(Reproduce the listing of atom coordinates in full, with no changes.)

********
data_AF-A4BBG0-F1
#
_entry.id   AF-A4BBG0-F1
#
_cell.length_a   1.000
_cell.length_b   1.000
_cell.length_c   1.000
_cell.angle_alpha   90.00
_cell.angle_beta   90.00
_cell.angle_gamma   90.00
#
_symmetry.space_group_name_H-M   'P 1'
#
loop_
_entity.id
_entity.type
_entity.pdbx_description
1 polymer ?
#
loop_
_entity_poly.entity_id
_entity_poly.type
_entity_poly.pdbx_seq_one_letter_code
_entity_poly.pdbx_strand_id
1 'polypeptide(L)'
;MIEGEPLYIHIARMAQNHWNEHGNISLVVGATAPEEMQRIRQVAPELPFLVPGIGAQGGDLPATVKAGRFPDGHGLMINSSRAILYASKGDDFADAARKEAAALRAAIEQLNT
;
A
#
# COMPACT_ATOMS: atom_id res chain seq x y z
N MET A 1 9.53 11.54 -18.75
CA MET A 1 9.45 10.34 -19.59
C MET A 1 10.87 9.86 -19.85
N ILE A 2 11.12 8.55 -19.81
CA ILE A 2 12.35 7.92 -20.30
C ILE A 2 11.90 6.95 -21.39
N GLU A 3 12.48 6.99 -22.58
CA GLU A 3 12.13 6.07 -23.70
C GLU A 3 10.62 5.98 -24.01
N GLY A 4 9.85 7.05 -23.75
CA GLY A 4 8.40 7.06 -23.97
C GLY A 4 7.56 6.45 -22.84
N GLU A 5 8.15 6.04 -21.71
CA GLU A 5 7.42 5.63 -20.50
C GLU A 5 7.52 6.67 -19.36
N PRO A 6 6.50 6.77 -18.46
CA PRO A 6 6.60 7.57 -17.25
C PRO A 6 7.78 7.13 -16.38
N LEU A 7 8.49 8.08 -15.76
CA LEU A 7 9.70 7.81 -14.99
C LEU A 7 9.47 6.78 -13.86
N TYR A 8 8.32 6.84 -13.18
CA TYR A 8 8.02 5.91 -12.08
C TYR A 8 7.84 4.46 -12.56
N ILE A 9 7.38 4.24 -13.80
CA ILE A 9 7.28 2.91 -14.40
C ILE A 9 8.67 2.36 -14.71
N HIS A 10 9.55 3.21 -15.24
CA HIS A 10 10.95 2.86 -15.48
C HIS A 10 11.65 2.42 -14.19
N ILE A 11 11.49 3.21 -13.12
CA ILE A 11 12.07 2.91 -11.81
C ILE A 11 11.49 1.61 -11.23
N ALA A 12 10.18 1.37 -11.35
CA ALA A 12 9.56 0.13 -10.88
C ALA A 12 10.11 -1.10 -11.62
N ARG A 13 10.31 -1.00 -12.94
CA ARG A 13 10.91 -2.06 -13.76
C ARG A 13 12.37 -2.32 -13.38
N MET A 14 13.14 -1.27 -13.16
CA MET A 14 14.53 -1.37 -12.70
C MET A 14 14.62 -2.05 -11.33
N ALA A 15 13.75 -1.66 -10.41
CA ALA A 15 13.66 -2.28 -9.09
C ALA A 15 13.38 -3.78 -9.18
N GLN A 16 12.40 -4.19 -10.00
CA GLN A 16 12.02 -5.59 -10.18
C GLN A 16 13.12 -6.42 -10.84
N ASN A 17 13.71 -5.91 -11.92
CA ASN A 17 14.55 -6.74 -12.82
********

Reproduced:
data_AF-A4BBG0-F1
#
_entry.id   AF-A4BBG0-F1
#
_cell.length_a   1.000
_cell.length_b   1.000
_cell.length_c   1.000
_cell.angle_alpha   90.00
_cell.angle_beta   90.00
_cell.angle_gamma   90.00
#
_symmetry.space_group_name_H-M   'P 1'
#
loop_
_entity.id
_entity.type
_entity.pdbx_description
1 polymer ?
#
loop_
_entity_poly.entity_id
_entity_poly.type
_entity_poly.pdbx_seq_one_letter_code
_entity_poly.pdbx_strand_id
1 'polypeptide(L)'
;MIEGEPLYIHIARMAQNHWNEHGNISLVVGATAPEEMQRIRQVAPELPFLVPGIGAQGGDLPATVKAGRFPDGHGLMINSSRAILYASKGDDFADAARKEAAALRAAIEQLNT
;
A
#
# COMPACT_ATOMS: atom_id res chain seq x y z
N MET A 1 9.53 11.54 -18.75
CA MET A 1 9.45 10.34 -19.59
C MET A 1 10.87 9.86 -19.85
N ILE A 2 11.12 8.55 -19.81
CA ILE A 2 12.35 7.92 -20.30
C ILE A 2 11.90 6.95 -21.39
N GLU A 3 12.48 6.99 -22.58
CA GLU A 3 12.13 6.07 -23.70
C GLU A 3 10.62 5.98 -24.01
N GLY A 4 9.85 7.05 -23.75
CA GLY A 4 8.40 7.06 -23.97
C GLY A 4 7.56 6.45 -22.84
N GLU A 5 8.15 6.04 -21.71
CA GLU A 5 7.42 5.63 -20.50
C GLU A 5 7.52 6.67 -19.36
N PRO A 6 6.50 6.77 -18.46
CA PRO A 6 6.60 7.57 -17.25
C PRO A 6 7.78 7.13 -16.38
N LEU A 7 8.49 8.08 -15.76
CA LEU A 7 9.70 7.81 -14.99
C LEU A 7 9.47 6.78 -13.86
N TYR A 8 8.32 6.84 -13.18
CA TYR A 8 8.02 5.91 -12.08
C TYR A 8 7.84 4.46 -12.56
N ILE A 9 7.38 4.24 -13.80
CA ILE A 9 7.28 2.91 -14.40
C ILE A 9 8.67 2.36 -14.71
N HIS A 10 9.55 3.21 -15.24
CA HIS A 10 10.95 2.86 -15.48
C HIS A 10 11.65 2.42 -14.19
N ILE A 11 11.49 3.21 -13.12
CA ILE A 11 12.07 2.91 -11.81
C ILE A 11 11.49 1.61 -11.23
N ALA A 12 10.18 1.37 -11.35
CA ALA A 12 9.56 0.13 -10.88
C ALA A 12 10.11 -1.10 -11.62
N ARG A 13 10.31 -1.00 -12.94
CA ARG A 13 10.91 -2.06 -13.76
C ARG A 13 12.37 -2.32 -13.38
N MET A 14 13.14 -1.27 -13.16
CA MET A 14 14.53 -1.37 -12.70
C MET A 14 14.62 -2.05 -11.33
N ALA A 15 13.75 -1.66 -10.41
CA ALA A 15 13.66 -2.28 -9.09
C ALA A 15 13.38 -3.78 -9.18
N GLN A 16 12.40 -4.19 -10.00
CA GLN A 16 12.02 -5.59 -10.18
C GLN A 16 13.12 -6.42 -10.84
N ASN A 17 13.71 -5.91 -11.92
CA ASN A 17 14.55 -6.74 -12.82